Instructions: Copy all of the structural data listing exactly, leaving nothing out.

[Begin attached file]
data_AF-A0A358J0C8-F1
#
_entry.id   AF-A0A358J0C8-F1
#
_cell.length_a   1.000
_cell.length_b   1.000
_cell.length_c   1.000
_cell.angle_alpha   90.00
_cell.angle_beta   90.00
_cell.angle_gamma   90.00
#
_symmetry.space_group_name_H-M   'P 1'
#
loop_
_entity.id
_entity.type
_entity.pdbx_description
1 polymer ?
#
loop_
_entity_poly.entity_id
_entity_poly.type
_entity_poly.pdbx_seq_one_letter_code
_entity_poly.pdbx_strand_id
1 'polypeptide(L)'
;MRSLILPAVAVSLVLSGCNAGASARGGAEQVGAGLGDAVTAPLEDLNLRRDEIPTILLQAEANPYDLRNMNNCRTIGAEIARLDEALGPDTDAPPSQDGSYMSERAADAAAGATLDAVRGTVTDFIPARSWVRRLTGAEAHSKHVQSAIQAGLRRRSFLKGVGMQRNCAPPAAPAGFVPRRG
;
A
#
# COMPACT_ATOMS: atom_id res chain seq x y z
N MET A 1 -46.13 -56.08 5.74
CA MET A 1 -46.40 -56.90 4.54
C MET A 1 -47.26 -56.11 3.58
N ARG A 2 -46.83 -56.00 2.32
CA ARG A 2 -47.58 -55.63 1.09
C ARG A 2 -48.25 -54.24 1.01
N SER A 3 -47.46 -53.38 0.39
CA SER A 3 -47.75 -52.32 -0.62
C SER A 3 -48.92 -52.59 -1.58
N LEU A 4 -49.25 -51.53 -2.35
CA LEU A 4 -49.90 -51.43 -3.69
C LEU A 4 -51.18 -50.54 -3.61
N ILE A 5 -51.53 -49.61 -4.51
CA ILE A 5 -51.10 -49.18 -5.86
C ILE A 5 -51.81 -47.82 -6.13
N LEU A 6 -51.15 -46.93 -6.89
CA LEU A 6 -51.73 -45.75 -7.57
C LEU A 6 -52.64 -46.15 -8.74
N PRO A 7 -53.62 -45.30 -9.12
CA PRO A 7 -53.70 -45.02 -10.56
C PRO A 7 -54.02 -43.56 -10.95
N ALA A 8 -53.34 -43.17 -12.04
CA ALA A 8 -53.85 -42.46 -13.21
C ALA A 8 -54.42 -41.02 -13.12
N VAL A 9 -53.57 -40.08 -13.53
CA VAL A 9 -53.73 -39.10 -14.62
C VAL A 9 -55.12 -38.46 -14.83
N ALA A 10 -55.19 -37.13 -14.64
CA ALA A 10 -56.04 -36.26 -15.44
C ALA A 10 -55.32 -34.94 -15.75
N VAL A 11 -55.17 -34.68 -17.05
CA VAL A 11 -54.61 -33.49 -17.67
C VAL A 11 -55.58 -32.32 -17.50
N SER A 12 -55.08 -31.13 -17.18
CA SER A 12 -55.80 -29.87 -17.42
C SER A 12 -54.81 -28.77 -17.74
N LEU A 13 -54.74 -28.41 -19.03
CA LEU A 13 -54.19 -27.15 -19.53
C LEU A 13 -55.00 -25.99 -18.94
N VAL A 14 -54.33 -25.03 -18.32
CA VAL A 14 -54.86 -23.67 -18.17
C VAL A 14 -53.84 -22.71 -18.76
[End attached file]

data_AF-A0A358J0C8-F1
#
_entry.id   AF-A0A358J0C8-F1
#
_cell.length_a   1.000
_cell.length_b   1.000
_cell.length_c   1.000
_cell.angle_alpha   90.00
_cell.angle_beta   90.00
_cell.angle_gamma   90.00
#
_symmetry.space_group_name_H-M   'P 1'
#
loop_
_entity.id
_entity.type
_entity.pdbx_description
1 polymer ?
#
loop_
_entity_poly.entity_id
_entity_poly.type
_entity_poly.pdbx_seq_one_letter_code
_entity_poly.pdbx_strand_id
1 'polypeptide(L)'
;MRSLILPAVAVSLVLSGCNAGASARGGAEQVGAGLGDAVTAPLEDLNLRRDEIPTILLQAEANPYDLRNMNNCRTIGAEIARLDEALGPDTDAPPSQDGSYMSERAADAAAGATLDAVRGTVTDFIPARSWVRRLTGAEAHSKHVQSAIQAGLRRRSFLKGVGMQRNCAPPAAPAGFVPRRG
;
A
#
# COMPACT_ATOMS: atom_id res chain seq x y z
N MET A 1 -46.13 -56.08 5.74
CA MET A 1 -46.40 -56.90 4.54
C MET A 1 -47.26 -56.11 3.58
N ARG A 2 -46.83 -56.00 2.32
CA ARG A 2 -47.58 -55.63 1.09
C ARG A 2 -48.25 -54.24 1.01
N SER A 3 -47.46 -53.38 0.39
CA SER A 3 -47.75 -52.32 -0.62
C SER A 3 -48.92 -52.59 -1.58
N LEU A 4 -49.25 -51.53 -2.35
CA LEU A 4 -49.90 -51.43 -3.69
C LEU A 4 -51.18 -50.54 -3.61
N ILE A 5 -51.53 -49.61 -4.51
CA ILE A 5 -51.10 -49.18 -5.86
C ILE A 5 -51.81 -47.82 -6.13
N LEU A 6 -51.15 -46.93 -6.89
CA LEU A 6 -51.73 -45.75 -7.57
C LEU A 6 -52.64 -46.15 -8.74
N PRO A 7 -53.62 -45.30 -9.12
CA PRO A 7 -53.70 -45.02 -10.56
C PRO A 7 -54.02 -43.56 -10.95
N ALA A 8 -53.34 -43.17 -12.04
CA ALA A 8 -53.85 -42.46 -13.21
C ALA A 8 -54.42 -41.02 -13.12
N VAL A 9 -53.57 -40.08 -13.53
CA VAL A 9 -53.73 -39.10 -14.62
C VAL A 9 -55.12 -38.46 -14.83
N ALA A 10 -55.19 -37.13 -14.64
CA ALA A 10 -56.04 -36.26 -15.44
C ALA A 10 -55.32 -34.94 -15.75
N VAL A 11 -55.17 -34.68 -17.05
CA VAL A 11 -54.61 -33.49 -17.67
C VAL A 11 -55.58 -32.32 -17.50
N SER A 12 -55.08 -31.13 -17.18
CA SER A 12 -55.80 -29.87 -17.42
C SER A 12 -54.81 -28.77 -17.74
N LEU A 13 -54.74 -28.41 -19.03
CA LEU A 13 -54.19 -27.15 -19.53
C LEU A 13 -55.00 -25.99 -18.94
N VAL A 14 -54.33 -25.03 -18.32
CA VAL A 14 -54.86 -23.67 -18.17
C VAL A 14 -53.84 -22.71 -18.76